Glacier FarmMedia COVID-19 & the Farm



The Good, Bad & Ugly

The Good, Bad & Ugly

The Good: Canola futures hit a new contract high today for the March contract at C$1012.90 per tonne. The entire oilseed sector rallied today as soybean and palm oil rallied during the trading session. Support came from the biodiesel sector today as crude oil futures were up by more than four per cent on the day. Cash canola prices are mostly in the C$23.50 to C$24.00 per bushel range in deferred positions at crush plants. With concerns increasing about the Argentine soybean crop it is important to remember that Argentina is the largest exporter of soybean oil in the world. Argentina is expected to export 6.26 million tonnes of soybean oil this crop year, that is if the 2021-22 production reaches close to 50 million tonnes.

The Bad: Natural gas prices in North America has been subdued by warm weather across most of the U.S. and eastern Canada. The current cold spell in Western North America is expected to remain contained in the region and spill down into the central and eastern U.S. This has caused the natural gas prices to drop dramatically this fall and early winter (green line). Natural gas prices are still significantly higher than the past few winters so it is natural to complain about the higher prices. If you want to see higher prices take a look at natural gas prices in Europe, more specifically the UK ICE gas futures contract. The contract is priced in GBP per 1,000 therms and the January contract rallied to close at a new record high of GBP 451.72. The price of natural gas in Europe is currently converts to over US$350 per barrel of oil equivalent.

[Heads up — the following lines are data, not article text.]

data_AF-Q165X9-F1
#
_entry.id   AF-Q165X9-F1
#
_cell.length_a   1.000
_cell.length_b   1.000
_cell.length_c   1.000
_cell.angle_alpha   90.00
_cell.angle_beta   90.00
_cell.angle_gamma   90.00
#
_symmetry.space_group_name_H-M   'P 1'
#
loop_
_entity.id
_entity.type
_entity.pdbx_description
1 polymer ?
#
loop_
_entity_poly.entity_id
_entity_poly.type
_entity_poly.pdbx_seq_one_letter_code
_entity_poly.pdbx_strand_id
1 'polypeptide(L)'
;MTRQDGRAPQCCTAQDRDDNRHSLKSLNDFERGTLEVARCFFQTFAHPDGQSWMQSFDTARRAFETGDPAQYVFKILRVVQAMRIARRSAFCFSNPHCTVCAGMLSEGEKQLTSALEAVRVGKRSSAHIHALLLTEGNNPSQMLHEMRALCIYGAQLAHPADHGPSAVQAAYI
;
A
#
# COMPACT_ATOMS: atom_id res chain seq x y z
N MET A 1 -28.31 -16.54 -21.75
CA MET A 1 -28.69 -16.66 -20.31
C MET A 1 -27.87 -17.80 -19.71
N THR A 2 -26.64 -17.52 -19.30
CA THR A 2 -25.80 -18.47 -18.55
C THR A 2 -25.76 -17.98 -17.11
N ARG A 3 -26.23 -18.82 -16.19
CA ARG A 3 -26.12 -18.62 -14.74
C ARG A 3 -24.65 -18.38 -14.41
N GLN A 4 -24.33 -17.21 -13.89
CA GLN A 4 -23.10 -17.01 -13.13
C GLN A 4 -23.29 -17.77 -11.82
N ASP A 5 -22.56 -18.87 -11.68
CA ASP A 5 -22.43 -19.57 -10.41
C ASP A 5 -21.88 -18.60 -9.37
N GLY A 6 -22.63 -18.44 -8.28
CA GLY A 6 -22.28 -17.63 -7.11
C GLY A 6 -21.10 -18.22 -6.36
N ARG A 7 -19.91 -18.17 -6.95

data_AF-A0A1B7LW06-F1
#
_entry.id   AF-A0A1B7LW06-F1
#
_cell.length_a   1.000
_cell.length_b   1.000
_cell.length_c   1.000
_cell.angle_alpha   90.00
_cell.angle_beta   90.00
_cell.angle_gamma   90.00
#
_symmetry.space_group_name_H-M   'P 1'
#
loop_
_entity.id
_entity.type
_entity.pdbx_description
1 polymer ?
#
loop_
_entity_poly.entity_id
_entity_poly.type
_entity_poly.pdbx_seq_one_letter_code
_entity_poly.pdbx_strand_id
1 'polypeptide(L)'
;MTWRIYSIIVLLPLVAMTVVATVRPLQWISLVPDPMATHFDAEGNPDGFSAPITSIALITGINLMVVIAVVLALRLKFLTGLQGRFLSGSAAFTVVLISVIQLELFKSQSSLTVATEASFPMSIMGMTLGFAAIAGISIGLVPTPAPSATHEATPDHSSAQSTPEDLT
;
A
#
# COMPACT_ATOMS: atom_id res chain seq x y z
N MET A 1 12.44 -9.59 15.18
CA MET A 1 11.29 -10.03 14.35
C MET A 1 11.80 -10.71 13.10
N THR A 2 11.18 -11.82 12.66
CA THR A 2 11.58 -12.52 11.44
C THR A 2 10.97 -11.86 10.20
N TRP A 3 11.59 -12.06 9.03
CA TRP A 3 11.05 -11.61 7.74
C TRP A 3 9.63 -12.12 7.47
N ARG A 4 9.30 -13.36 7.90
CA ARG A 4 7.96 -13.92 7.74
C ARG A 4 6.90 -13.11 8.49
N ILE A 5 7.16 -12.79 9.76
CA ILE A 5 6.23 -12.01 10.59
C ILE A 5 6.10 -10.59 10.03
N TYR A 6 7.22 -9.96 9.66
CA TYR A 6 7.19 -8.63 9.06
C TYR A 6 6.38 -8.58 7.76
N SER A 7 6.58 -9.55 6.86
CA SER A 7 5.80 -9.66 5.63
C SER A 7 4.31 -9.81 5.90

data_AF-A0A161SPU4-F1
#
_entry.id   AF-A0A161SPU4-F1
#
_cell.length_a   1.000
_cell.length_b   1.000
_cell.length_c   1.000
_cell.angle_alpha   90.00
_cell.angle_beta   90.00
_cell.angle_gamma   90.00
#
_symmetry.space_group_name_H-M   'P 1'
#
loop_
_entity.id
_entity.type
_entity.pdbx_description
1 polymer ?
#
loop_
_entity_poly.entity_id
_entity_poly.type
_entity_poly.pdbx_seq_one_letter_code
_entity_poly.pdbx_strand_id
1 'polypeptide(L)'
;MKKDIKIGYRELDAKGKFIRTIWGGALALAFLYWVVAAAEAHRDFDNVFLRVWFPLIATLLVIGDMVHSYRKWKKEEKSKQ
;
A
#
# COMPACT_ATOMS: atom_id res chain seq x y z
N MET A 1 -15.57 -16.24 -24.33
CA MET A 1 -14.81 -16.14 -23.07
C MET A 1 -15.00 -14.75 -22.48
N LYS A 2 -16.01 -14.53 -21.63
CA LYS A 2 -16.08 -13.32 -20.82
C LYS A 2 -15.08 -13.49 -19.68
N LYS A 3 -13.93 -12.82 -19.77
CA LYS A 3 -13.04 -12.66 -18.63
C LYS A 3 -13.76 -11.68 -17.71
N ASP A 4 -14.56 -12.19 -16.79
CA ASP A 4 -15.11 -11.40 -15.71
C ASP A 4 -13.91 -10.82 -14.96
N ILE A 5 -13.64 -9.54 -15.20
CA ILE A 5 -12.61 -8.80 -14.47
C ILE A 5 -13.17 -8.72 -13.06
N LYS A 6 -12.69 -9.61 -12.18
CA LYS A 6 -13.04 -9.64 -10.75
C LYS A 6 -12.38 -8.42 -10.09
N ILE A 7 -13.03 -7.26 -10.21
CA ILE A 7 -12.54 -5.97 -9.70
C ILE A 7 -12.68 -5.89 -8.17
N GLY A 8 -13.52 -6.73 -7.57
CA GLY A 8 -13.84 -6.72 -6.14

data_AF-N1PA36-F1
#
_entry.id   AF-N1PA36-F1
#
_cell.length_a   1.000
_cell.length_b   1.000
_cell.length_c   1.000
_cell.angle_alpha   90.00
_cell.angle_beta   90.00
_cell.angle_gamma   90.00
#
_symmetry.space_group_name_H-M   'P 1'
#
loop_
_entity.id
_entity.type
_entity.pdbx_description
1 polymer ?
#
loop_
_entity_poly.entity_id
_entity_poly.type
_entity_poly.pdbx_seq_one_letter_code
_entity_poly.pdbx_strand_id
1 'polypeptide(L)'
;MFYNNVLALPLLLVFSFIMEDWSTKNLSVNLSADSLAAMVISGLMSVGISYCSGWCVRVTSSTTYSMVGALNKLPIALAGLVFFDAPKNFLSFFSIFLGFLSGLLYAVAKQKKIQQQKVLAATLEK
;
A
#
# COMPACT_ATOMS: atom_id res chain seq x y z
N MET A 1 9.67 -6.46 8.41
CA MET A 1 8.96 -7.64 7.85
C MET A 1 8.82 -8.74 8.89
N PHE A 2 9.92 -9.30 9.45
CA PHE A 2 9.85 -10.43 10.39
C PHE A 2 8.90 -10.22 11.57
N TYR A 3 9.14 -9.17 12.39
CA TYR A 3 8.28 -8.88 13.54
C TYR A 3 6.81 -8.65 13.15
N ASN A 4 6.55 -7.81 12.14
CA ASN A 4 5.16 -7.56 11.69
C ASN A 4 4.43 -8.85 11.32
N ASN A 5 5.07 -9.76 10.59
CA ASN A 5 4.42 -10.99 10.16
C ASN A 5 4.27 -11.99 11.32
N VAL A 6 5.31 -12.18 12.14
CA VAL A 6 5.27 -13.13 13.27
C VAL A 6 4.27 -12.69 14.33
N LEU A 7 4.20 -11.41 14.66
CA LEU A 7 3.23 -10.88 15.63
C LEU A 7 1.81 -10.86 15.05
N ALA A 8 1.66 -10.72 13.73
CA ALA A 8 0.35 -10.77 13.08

The Ugly: The moisture situation in Argentina and southern Brazil is adequate for the growth of the recently planted soybean crops in the region. Argentina is just finishing planting the soybean crop as only 65 per cent of the crop was planted as of last week. The crops in southern Brazil are in the middle of the vegetative growth stage and won’t enter the reproductive stage until late January and early February. Markets are becoming concerned about the growing conditions in January for the soybean crop in South America. The current forecast calls for above normal temperatures and below normal precipitation over the next two weeks. Just remember that soybeans are a resilient crop and timely rains can boost production prospects rapidly in late vegetative growth stage.